Demodex and Puppies

The picture above is either Tank or Tucker (they pretty much looked exactly alike at this point) and was taken right after they were rescued from the animal shelter by a local rescue organization called “Its the Pits”. The puppies were just 8 weeks old when they were scheduled to be euthanized because of their skin condition—an absolutely treatable disease with the proper medication and time. Unfortunately, in a shelter setting—where there are always too many animals and too litter space—time is a luxury that cannot be easily granted.

Once Its the Pits was alerted to ht plight of the puppies, they quickly adopted them from the shelter and brought them to a hospital where they could stay while they were being treated. The puppies had lost all of their hair, and their skin was bright red, oozing, and covered in crusts from a skin infection. They looked like little itchy, wrinkly elephants. The picture below is of the puppies huddled together for warmth and security while they were in the shelter.

Tank and Tucker had DEMODECTIC MANGE, also called Demodicosis or “red mange,” caused by an overgrowth of a microscopic mite that lives inside a dog’s hair follicles. Demodex mites are transferred to a puppy from their mother during the first week of life and are considered normal residents of the skin. Dogs are generally able to live with the mites without any problems. But IF the immune system is compromised—because of age, malnutrition, stress, or other disease process—the mites can overproduce and cause a serious skin disease. Once the mites start reproducing, they secrete substances that suppress their host’s immune system further, allowing them to reproduce even more. This is how Demodectic Mange can get so out of control…

The first clinical sign is typically hair loss. The mites live and reproduce in the hair follicle, so when the number of mites increases dramatically they displace the hair (also living in the follicle) and it falls out. This results in scaly bald spots, which usually start around the eyes or on the face but can be found over the entire body. As the disease progresses, secondary skin infections are very common with redness and itching accompanying them.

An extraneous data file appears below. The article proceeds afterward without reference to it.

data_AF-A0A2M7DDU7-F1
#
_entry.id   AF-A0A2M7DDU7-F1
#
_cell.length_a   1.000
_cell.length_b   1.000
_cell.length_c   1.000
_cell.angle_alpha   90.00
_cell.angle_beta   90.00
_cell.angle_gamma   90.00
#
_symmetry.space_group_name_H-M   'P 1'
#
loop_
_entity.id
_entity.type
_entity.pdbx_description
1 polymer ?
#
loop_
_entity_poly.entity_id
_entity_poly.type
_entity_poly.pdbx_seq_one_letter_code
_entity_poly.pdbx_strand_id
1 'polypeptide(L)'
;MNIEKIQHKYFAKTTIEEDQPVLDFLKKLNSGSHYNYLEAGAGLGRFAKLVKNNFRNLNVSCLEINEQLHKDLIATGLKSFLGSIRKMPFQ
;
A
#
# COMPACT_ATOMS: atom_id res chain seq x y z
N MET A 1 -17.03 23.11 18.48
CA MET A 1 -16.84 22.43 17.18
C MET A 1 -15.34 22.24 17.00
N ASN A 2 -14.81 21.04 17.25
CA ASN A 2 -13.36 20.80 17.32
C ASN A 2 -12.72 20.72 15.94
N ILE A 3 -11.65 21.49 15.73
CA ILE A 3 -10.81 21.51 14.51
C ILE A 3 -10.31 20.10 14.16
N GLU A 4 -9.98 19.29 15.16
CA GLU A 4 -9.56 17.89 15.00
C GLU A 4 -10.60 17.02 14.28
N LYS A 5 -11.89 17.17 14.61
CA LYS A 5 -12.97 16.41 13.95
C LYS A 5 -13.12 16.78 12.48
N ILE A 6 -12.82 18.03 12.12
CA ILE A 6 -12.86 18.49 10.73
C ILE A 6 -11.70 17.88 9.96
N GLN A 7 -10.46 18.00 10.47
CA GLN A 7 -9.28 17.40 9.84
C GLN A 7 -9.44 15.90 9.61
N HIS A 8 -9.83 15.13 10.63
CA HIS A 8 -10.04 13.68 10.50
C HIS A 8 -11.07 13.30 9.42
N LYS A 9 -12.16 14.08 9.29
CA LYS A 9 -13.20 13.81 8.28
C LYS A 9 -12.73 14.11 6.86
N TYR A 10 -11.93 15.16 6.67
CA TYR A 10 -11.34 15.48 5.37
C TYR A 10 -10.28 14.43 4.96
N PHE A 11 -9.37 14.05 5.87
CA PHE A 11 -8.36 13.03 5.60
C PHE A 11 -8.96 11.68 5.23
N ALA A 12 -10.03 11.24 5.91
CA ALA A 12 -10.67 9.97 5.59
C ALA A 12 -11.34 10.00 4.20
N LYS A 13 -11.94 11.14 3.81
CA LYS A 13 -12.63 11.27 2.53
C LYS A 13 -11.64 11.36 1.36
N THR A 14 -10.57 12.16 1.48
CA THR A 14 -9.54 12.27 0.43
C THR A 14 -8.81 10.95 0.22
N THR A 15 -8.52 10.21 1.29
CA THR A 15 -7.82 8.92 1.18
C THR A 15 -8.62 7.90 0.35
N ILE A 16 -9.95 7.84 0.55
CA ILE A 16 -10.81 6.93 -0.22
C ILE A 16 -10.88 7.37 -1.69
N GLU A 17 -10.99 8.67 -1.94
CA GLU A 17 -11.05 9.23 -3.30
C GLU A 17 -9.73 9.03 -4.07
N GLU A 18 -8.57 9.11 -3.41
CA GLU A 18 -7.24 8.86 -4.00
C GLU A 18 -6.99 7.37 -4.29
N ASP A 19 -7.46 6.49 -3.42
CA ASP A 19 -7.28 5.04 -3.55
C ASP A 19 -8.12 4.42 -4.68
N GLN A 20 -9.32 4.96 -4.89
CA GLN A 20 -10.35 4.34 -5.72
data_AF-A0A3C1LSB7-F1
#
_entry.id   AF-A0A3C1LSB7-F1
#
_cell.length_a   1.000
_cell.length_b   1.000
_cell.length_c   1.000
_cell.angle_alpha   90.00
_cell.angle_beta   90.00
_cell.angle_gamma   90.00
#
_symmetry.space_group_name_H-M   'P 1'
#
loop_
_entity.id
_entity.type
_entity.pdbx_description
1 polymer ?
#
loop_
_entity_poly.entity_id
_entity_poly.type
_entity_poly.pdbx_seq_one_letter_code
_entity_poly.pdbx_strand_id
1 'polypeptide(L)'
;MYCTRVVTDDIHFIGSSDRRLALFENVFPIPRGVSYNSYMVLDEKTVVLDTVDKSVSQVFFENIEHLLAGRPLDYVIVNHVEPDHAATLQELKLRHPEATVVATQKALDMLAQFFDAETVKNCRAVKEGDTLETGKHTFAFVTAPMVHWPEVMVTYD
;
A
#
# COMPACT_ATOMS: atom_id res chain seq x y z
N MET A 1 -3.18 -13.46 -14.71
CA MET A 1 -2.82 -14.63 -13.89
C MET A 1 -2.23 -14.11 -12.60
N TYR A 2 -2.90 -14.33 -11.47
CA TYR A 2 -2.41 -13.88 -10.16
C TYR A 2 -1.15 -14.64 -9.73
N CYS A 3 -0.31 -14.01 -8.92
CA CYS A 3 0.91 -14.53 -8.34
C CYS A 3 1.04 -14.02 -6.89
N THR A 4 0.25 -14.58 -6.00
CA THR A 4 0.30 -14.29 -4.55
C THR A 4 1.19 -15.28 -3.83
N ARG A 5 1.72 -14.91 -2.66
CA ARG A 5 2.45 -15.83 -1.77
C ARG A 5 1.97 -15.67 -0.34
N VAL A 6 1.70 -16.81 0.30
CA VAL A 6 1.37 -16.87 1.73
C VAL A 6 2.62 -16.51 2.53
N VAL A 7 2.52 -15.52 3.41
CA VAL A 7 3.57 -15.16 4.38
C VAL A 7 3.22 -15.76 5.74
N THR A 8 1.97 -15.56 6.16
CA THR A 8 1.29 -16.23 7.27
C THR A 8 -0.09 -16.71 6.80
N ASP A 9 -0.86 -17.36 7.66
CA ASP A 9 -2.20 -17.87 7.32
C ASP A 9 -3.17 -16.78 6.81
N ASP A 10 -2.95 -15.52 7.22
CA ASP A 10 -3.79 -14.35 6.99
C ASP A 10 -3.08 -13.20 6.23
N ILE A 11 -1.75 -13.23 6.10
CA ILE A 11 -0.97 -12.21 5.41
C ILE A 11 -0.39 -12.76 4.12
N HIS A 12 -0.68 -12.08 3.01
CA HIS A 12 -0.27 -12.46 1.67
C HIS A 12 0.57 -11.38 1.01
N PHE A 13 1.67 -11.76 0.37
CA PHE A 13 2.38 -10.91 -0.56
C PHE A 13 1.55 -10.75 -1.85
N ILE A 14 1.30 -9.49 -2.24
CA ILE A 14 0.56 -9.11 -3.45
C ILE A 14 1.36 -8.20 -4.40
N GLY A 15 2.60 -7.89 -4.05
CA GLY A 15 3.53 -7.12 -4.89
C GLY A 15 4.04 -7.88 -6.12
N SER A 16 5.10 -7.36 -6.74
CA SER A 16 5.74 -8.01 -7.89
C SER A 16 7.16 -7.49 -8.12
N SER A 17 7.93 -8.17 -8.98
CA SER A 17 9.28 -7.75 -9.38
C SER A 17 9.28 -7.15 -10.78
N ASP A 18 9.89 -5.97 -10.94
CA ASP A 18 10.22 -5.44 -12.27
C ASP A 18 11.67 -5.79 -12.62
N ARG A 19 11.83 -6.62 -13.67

Demodicosis is NOT considered a contagious disease, unlike Sarcoptic Mange or Scabies. Neither other dogs or humans can catch Demodectic Mange from an infected dog. Mammals, humans included, commonly have mites living in their hair follicles. This is not an issue unless the animal host’s immune system allows the overproduction of the mites. It is usually puppies and young dogs that acquire the condition because their immune systems are immature.

Because Demodicosis can look like other diseases, including Sarcoptic Mange (which we CAN and DO become infected with), a diagnosis is made with a SKIN SCRAPE. A veterinarian uses a scalpel blade to gently scrape off a thin layer of skin (most dogs don’t even notice). The skin sample is then evaluated under a microscope to look for mites. If present in large enough numbers, a diagnosis of Demodectic Mange would be made. This is what an adult Demodex mite looks like: